One million refugees have fled Ukraine in the week since Russia’s invasion, the United Nations said Thursday, warning that unless the conflict ended immediately, millions more were likely to flee.
“In just seven days we have witnessed the exodus of one million refugees from Ukraine to neighbouring countries,” UN refugee chief Filippo Grandi tweeted.
“Unless there is an immediate end to the conflict, millions more are likely to be forced to flee Ukraine,” Grandi warned.
According to frequently updated UNHCR data, 1,002,860 have now fled Ukraine since Russian President Vladimir Putin launched the full-scale invasion on February 24.
Grandi said the numbers were rising with incredible speed.
“I have worked in refugee emergencies for almost 40 years, and rarely have I seen an exodus as rapid as this one,” he said.
“Hour by hour, minute by minute, more people are fleeing the terrifying reality of violence,” he said.
The UN’ aid chief on Thursday pleaded for humanitarians to be allowed to work unhindered in the Ukraine conflict, in an interview with AFP.
“Protect civilians, for God’s sake, in Ukraine; let us do our job,” the UN’s emergency relief coordinator Martin Griffiths said, adding that with $1.5 billion rapidly raised for urgent aid, “we have the resources.”
More than half of those who have fled Ukraine have crossed into neighboring Poland. Hungary, Moldova, Hungary and Slovakia have also welcomed many refugees.
The UNHCR said more than 505,500 people have left Ukraine for Poland in the past week. Poland’s border guards put the figure at over 575,000 by early Thursday, with 95,000 having crossed on Wednesday alone.
Countless people have also been displaced inside the Ukraine.
Grandi said UNHCR staff and other humanitarians were “working where and when they can in frightening conditions” inside Ukraine.
“Our staff stay, even at great risk, because we know the needs in the country are huge.”
The UN refugee chief also hailed the “remarkable” response of governments and local communities in surrounding countries that have received more than one million refugees.
“International solidarity has been heart-warming,” he said.
“But nothing – nothing – can replace the need for the guns to be silenced; for dialogue and diplomacy to succeed. Peace is the only way to halt this tragedy.”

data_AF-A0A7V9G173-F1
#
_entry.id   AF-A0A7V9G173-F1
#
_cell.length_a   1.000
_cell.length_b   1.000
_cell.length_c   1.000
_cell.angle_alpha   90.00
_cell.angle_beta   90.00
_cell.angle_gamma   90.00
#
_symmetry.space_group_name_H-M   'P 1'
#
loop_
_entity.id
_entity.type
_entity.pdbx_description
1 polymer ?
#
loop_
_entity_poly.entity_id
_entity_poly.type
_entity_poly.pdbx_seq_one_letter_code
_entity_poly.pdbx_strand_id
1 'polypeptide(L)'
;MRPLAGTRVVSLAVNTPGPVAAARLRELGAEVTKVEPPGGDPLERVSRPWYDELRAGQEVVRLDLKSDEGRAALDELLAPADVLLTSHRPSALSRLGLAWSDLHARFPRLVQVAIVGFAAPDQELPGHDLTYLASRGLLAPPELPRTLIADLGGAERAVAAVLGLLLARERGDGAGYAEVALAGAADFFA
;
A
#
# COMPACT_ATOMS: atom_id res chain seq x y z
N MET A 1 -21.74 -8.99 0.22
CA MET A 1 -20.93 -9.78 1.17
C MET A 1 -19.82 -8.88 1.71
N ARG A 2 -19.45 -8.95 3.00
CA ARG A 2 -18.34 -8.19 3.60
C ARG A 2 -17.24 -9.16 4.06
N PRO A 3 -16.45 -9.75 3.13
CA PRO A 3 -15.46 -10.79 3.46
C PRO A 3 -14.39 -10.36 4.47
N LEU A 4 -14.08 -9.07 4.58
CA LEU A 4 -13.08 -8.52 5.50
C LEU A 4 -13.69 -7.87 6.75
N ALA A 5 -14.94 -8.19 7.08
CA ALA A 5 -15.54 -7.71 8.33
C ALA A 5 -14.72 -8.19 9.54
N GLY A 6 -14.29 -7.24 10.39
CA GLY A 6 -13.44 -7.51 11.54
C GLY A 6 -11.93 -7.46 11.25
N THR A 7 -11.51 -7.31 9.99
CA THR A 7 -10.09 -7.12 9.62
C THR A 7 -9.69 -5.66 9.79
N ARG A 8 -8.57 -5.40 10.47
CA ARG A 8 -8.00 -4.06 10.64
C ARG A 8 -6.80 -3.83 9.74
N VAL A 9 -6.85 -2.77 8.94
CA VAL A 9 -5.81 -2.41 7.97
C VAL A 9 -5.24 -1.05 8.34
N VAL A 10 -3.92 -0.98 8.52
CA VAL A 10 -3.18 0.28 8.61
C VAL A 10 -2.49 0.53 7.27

France on Thursday expressed fear that the worst phase of Russia’s war on Ukraine could be yet to start, with key Ukrainian cities at risk of encirclement by Russian forces.
“I think it is possible that the worst is ahead of us,” Foreign Minister Jean-Yves Le Drian told France 2 TV, saying that Russia would look to besiege cities after its initial expectations of a quick victory were scuppered by Ukrainian resistance.
“The Russians entered Ukraine looking for a blitzkrieg, a fast advance that would allow Russia to control Ukraine,” said Le Drian.
“It was not the case, due to the exemplary, courageous and strong resistance from the Ukrainians.”
He said after the fall to Russia of the southern city of Kherson – confirmed by Ukraine overnight – centers including Kharkiv in the east, Mariupol in the south and Kyiv itself were at risk of encirclement.
“As forces build up around those cities we can fear a siege mentality,” he said.
Germany, for its part, will increase its weapons deliveries to Ukraine by sending 2,700 anti-aircraft missiles to the conflict zone, a government source told AFP on Thursday.
The government “approved further support for Ukraine,” involving the delivery of STRELA-type anti-aircraft missiles of Soviet manufacture, which were previously used by the army of communist East Germany, the source said.
Germany’s first arms consignment of 1,000 anti-tank and another 500 anti-aircraft missiles has already been dispatched to the front, the government said on Wednesday.